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Combat in Dragon’s Dogma is a mixture of disciplined blocks and timing fused together with over-the-top Japanese spectacle fighting. It’s difficult to nail down because the many different vocations available to you change how combat feels. I spend most of my time darting around the battlefield with daggers and a bow as a Strider but occasionally opt for a slower sword and shield for certain enemies using the advanced vocation of Assassin. You can also use magic or massive two-handed weapons for even more diverse gameplay. The game’s advancement structure allows you to be very flexible with your vocational choices, and it’s not strange to change your choice multiple times during the game.

Something else that adds a huge amount of choice both in and out of battle is the ability to grab things. You can drop a rock on an enemy’s head, pin them to the ground, or just pick them up and throw them off a cliff.

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When facing huge enemies, your grab action allows you to climb onto them. Your battle then shifts to finding a weak point and attacking it before you lose your grip. When facing a chimera, for example, you can grab the body and climb to the snake’s head to cut it off, negating the poison attacks the creature would otherwise attempt. When you combine all these systems together in a party, you get combat that doesn’t grow stale and flexes to fit the style of the player.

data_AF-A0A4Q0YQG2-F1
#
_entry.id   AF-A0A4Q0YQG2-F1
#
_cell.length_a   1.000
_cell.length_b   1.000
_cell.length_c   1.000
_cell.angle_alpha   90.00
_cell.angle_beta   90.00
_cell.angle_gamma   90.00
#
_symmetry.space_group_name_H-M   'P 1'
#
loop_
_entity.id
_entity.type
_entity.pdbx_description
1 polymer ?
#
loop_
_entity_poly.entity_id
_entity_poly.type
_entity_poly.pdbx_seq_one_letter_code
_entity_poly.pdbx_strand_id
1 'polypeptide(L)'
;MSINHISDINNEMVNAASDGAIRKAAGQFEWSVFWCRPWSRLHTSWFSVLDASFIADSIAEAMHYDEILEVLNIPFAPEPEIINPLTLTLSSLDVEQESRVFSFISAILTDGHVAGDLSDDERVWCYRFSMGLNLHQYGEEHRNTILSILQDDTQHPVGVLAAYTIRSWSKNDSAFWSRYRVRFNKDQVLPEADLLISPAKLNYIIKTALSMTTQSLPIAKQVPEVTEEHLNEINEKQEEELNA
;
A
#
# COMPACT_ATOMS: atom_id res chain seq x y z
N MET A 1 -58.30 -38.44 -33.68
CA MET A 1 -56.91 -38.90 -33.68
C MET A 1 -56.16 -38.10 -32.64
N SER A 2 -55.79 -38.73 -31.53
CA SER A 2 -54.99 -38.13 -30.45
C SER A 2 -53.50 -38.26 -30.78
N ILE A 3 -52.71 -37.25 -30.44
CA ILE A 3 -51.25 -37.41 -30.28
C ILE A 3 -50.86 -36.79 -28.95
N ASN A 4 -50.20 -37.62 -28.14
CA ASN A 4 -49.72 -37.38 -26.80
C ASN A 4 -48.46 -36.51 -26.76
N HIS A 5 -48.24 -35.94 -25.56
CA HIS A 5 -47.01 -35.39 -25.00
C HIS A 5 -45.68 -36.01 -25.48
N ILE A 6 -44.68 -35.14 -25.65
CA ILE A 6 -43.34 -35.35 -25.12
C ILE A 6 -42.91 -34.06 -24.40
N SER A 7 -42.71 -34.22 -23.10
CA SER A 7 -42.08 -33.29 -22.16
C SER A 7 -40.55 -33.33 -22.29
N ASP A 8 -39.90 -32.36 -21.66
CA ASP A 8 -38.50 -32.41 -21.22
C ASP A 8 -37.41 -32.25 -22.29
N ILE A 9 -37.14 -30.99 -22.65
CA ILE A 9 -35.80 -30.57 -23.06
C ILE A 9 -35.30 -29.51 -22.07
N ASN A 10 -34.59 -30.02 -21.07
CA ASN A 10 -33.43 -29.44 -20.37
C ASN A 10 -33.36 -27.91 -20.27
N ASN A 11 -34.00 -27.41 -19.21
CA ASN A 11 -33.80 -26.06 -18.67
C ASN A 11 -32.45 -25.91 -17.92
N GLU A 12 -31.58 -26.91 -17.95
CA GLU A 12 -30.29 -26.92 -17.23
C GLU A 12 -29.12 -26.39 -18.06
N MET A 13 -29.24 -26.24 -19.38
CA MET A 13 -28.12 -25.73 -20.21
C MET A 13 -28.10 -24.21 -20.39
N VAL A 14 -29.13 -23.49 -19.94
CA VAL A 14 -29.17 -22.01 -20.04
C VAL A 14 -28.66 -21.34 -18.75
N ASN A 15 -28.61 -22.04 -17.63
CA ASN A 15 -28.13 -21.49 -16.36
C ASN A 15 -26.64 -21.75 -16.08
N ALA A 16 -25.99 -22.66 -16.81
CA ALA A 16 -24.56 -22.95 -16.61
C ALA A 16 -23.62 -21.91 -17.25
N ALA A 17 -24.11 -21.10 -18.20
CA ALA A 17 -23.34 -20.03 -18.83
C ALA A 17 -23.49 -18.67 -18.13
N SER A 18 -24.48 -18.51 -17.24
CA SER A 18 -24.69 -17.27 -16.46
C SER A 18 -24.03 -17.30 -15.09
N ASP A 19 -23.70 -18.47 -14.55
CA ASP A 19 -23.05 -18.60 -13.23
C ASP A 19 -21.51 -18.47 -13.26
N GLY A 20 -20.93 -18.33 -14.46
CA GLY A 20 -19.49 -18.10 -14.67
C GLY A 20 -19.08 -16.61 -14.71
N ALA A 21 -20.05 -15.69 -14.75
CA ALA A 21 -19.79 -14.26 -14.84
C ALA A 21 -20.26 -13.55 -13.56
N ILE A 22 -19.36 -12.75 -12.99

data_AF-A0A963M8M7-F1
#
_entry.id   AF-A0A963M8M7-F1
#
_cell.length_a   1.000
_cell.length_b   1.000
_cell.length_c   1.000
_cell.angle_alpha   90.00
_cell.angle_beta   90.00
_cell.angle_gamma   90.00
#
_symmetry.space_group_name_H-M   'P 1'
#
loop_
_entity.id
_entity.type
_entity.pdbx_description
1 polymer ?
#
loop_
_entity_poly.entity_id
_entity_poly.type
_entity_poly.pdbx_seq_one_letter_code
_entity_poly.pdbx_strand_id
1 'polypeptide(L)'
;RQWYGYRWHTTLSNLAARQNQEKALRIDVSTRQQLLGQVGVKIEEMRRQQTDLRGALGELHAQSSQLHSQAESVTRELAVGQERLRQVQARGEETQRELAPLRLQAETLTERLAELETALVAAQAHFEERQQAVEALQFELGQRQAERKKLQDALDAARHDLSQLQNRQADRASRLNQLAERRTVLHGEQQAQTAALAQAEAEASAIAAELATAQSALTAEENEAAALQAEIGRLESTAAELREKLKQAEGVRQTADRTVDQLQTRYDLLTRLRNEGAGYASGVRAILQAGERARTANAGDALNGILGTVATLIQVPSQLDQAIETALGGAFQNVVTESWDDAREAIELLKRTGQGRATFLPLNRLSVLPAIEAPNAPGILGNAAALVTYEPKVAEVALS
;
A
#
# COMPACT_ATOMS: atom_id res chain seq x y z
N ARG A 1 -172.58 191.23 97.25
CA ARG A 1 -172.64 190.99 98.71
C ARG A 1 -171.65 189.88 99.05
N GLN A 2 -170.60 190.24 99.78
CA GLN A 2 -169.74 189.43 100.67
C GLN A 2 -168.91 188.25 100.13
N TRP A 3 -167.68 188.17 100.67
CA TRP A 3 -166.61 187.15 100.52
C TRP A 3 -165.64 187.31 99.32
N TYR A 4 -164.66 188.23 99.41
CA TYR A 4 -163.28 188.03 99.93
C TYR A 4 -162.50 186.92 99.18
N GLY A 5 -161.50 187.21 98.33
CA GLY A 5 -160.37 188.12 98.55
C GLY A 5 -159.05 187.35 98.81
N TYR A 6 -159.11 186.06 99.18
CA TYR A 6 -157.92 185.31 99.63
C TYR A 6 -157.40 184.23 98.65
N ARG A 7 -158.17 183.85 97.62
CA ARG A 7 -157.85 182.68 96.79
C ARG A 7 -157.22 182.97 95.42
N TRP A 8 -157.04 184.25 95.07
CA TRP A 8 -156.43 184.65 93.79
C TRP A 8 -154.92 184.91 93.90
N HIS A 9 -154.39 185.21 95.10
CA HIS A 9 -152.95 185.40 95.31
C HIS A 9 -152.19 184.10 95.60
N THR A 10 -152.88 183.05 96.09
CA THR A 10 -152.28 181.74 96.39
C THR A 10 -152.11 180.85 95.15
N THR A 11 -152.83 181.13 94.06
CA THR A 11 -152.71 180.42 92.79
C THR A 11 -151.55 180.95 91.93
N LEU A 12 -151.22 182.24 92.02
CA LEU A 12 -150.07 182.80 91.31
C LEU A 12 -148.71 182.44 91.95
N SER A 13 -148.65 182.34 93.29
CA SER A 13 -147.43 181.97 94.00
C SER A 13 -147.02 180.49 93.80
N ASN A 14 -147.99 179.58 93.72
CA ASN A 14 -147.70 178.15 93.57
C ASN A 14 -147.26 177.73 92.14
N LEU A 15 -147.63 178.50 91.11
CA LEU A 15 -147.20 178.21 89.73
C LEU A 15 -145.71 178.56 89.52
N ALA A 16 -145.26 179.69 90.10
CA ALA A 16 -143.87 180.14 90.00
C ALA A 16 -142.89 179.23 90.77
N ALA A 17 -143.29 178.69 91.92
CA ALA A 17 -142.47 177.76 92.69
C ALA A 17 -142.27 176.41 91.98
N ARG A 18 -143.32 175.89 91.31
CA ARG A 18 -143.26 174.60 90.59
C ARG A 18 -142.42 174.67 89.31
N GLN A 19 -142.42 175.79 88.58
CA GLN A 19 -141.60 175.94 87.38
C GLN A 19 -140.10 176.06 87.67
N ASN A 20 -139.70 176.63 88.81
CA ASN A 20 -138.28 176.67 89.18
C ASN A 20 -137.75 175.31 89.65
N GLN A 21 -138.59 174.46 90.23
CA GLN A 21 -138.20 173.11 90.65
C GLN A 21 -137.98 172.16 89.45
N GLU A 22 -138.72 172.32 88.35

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When you are not in the heat of battle, Dragon’s Dogma places an emphasis on exploration. First there is the macro exploration of the overworld as you traverse the regions of Gransys, uncovering more of your map with every step. Each of these steps challenges you to scour ledges, corners, and nooks for the abundance of items all around you. There’s always something for you to pick up, even if it’s just a rock. Gransys is also filled with treasure chests, some in plain sight, and others carefully placed to reward the adventurous. Combine this loot placement with a very freeing movement system and I found myself jumping across ravines and scaling ancient ruins all in the pursuit of stuff.